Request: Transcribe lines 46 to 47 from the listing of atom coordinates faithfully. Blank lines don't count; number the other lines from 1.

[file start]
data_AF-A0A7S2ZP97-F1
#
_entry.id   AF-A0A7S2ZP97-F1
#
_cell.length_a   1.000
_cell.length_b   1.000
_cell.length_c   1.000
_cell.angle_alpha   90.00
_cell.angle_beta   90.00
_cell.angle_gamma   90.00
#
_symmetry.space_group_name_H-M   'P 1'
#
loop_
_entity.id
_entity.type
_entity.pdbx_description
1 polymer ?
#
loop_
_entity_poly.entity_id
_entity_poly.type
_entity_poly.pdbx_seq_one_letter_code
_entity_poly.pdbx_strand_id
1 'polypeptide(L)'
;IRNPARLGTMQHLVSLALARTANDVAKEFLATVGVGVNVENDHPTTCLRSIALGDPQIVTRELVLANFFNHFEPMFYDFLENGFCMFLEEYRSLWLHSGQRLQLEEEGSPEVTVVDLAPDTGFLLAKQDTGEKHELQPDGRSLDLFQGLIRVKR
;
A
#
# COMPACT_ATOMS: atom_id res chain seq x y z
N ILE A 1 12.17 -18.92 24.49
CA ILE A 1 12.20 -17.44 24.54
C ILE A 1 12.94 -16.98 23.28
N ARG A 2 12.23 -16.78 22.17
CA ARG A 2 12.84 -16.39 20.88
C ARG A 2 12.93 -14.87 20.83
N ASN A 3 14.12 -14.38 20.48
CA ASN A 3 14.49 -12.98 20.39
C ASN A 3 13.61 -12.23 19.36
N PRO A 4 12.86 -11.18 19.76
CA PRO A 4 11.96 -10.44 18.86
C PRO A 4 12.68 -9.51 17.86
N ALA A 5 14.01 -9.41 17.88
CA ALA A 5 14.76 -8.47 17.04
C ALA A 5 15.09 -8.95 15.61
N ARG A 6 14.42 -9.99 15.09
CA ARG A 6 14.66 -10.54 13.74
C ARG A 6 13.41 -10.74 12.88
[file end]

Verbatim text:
N ARG A 6 14.42 -9.99 15.09
CA ARG A 6 14.66 -10.54 13.74